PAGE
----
The week before, my mother had said: “I cried a lot last time (when my two brothers were detained). This year, even though 10 people from my family have been taken, I didn’t cry much because this time it was happening to all the families in our neighborhood. I feel that sharing the same problem with others gives you comfort.” Her statement about the neighborhood may have been considered by officials as “crossing the line” and leaking a state secret. When I called my mother two months later, her grandchild picked up the phone and said that my mother had been summoned by the police the week before and had never come back since.

Tuhan Musa in Korgas County, ‘Xinjiang’ Uyghur Autonomous Region. Photo provided by the author, used with permission

Thus, 11 members of my family are missing, and no one’s fate has been determined. I have been reporting on this situation with my family to the US State Department since the end of 2017, and I have asked China to provide information about my relatives, but I have received no response from either entity.

In the summer of 2021, I heard that my mother had been sentenced to eight years in prison at the end of 2018 for leaking state secrets and obstructing the legal process. My letter to the Chinese embassy in Washington to confirm my mother’s charges has gone unanswered.

A week ago, I called some residents of our hometown in Korgas County, to inquire about my mother’s whereabouts. One of the residents said that the house where my mother lived had not been cleared of snow for several years, which reflects the absence of any adults in our family.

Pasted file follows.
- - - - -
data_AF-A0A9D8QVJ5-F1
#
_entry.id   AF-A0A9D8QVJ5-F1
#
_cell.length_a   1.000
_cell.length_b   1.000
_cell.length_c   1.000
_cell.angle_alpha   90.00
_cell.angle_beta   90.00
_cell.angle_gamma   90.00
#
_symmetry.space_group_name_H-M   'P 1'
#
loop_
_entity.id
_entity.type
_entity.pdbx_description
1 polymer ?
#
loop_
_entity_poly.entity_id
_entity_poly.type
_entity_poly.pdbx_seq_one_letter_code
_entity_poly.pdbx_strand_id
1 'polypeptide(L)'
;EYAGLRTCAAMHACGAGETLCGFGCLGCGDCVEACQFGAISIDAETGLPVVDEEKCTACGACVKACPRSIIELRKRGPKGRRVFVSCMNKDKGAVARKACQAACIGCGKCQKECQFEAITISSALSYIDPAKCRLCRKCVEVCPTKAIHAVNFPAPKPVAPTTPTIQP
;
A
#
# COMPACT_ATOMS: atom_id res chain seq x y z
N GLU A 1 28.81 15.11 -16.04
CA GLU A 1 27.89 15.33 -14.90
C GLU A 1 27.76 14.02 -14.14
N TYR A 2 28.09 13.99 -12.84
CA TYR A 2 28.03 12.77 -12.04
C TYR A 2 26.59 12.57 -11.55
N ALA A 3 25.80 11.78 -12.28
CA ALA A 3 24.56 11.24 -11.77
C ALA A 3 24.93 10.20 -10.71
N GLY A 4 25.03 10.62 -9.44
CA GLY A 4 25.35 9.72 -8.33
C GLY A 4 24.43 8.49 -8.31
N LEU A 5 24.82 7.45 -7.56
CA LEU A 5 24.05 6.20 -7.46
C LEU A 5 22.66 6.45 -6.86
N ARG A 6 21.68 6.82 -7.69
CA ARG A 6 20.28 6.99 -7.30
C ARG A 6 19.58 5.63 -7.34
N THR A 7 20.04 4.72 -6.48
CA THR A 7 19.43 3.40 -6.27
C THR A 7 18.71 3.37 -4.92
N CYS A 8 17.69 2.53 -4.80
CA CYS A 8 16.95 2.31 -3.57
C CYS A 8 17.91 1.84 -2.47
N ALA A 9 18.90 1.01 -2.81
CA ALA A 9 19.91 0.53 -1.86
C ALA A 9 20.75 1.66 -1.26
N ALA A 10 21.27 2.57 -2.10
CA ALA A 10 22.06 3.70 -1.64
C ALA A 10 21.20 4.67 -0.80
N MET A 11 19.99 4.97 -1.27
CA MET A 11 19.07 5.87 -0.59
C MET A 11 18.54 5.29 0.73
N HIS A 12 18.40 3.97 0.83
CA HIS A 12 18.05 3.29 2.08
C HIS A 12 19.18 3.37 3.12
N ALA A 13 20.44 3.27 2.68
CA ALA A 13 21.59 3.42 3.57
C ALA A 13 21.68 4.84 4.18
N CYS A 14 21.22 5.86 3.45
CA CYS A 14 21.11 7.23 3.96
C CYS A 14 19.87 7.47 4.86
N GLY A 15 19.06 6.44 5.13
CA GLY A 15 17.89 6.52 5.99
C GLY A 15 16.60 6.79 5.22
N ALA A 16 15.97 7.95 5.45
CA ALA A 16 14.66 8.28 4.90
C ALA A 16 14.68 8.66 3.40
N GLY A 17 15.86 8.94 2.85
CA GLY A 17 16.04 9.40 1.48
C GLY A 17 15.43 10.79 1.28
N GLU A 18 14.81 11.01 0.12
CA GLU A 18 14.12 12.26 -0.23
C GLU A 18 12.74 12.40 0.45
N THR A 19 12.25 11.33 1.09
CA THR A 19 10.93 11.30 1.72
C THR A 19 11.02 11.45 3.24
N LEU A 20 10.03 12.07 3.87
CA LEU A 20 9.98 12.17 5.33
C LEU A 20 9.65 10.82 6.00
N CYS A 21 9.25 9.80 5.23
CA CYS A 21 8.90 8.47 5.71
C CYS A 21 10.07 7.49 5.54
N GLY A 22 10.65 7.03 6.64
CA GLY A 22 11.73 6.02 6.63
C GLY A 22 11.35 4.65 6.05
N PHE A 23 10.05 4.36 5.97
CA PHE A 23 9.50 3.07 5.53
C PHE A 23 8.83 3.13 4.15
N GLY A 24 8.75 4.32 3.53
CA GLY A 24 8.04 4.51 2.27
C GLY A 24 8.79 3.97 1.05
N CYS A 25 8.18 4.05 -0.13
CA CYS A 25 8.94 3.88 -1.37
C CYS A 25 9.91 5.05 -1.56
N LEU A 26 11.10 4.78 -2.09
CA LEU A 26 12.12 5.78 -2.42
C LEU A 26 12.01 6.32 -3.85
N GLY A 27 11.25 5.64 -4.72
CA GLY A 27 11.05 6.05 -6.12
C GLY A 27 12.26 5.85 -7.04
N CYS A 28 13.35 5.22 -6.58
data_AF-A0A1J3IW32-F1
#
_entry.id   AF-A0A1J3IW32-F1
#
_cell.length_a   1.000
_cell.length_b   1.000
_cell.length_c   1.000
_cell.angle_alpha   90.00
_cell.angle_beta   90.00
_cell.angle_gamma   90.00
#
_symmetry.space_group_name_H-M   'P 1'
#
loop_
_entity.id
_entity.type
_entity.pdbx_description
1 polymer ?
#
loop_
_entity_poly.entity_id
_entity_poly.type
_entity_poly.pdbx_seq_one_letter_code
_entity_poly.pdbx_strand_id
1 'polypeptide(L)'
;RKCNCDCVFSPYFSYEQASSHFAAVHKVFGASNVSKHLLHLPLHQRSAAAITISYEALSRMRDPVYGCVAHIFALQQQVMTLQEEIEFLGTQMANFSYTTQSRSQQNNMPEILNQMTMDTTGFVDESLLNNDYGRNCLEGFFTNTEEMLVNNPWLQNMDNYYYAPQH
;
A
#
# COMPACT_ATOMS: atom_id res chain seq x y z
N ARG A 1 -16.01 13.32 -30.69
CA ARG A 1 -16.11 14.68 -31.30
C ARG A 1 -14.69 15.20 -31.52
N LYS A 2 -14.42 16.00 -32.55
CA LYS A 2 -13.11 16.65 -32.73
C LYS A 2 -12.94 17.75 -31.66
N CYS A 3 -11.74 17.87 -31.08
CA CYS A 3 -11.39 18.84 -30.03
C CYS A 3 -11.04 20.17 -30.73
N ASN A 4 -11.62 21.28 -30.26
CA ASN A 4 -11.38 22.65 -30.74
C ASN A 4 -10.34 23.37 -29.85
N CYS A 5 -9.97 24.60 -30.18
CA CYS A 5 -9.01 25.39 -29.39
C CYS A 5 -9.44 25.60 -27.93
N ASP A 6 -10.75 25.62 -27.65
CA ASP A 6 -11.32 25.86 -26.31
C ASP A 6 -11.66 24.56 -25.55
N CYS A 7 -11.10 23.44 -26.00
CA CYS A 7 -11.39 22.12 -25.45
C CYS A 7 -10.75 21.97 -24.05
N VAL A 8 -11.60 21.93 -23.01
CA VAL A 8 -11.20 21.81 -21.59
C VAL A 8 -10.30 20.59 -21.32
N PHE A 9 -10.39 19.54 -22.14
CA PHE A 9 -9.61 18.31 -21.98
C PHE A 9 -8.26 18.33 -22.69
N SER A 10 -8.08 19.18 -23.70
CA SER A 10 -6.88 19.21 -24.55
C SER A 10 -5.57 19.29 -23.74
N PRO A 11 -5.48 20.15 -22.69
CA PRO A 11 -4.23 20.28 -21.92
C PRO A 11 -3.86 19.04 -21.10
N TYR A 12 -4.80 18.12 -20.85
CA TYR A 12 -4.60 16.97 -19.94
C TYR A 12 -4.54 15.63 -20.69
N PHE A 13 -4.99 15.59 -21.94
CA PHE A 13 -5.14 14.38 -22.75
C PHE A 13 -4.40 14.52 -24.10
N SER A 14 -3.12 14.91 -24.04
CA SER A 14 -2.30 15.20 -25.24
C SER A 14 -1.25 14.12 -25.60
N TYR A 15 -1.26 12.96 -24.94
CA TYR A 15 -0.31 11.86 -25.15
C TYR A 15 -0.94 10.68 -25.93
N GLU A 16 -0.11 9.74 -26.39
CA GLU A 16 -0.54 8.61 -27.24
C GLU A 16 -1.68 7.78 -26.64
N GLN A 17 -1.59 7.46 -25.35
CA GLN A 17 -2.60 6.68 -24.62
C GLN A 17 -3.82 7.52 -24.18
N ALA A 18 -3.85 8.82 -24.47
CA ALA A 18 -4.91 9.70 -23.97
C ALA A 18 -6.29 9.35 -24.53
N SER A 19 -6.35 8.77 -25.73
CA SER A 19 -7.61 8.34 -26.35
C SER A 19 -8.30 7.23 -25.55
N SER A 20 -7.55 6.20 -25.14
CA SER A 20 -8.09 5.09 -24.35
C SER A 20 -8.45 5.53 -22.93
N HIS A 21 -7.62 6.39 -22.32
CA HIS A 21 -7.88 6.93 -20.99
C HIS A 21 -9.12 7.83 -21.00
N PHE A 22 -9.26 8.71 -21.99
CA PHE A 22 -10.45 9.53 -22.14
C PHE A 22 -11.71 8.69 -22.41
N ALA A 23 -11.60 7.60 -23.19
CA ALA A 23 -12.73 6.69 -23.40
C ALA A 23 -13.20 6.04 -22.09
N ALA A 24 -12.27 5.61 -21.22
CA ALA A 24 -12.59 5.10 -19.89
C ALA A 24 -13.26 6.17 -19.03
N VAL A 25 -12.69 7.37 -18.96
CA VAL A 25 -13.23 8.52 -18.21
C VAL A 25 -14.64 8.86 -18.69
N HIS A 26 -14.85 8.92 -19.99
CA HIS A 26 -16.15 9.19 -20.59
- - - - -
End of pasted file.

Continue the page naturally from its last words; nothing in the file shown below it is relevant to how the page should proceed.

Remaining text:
I firmly believe that all my missing relatives were jailed as retaliation for my journalism work with RFA. My mother is 82, my eldest brother is 62, and my younger brothers, Tudahun and Rehim, have health issues (stomach and lung, respectively). Thus, I am extremely worried about their health status. I urge UN staff to help get information on whether my 11 relatives are alive and, if so, where are they and why and how they were punished. I believe that investigating their fate could help the UN team gain a clearer understanding of the Uyghur situation. China cannot deny that my relatives are captives; all information about their detention should be publicly available in the international media. Additionally, my relatives may have the courage to tell the truth because they have benefited from the results of a foreign investigation in 2015.

Shohret Hoshur's parents with his older brother, Shawket. Photo provided by the author, used with permission.

China is not only retaliating by punishing the relatives of an American journalist but also trying to erase all signs of hope for millions of people in the region, making them believe that the outside world does not care and is unwilling to help them. Therefore, I urge the UN investigation team to include all my relatives, or at the very least my mother (Tuhan Musa, 82), three siblings (Shawket, 62; Tudaxun, 48; and Rexim, 46), and ex-wife (Peridem Abdurusul) on the list of people who should be released from camps in China.

In 2002, my ex-wife, Peridem Abdurusul, and our two children were held at Shanghai International Airport while traveling to the US with immigration documents for the family unit. They were unable to obtain passports because of my articles published in Uyghur publications overseas. In 2009, Chinese state-owned broadcaster CCTV called me a provocateur for the July 5th Urumchi Incident because of my reporting. Just this year, I was called a liar by China’s spokesperson Zhao Lijian over my testimony at the Uyghur Tribunal.

I know that China will not forgive me or end the retaliation against my family, but I hope that your experience and the high-level international team that you lead, along with the meaningful investigation you have proposed, could help end my family members’ years of undeserved punishment.

Thank you,

Shohret Hoshur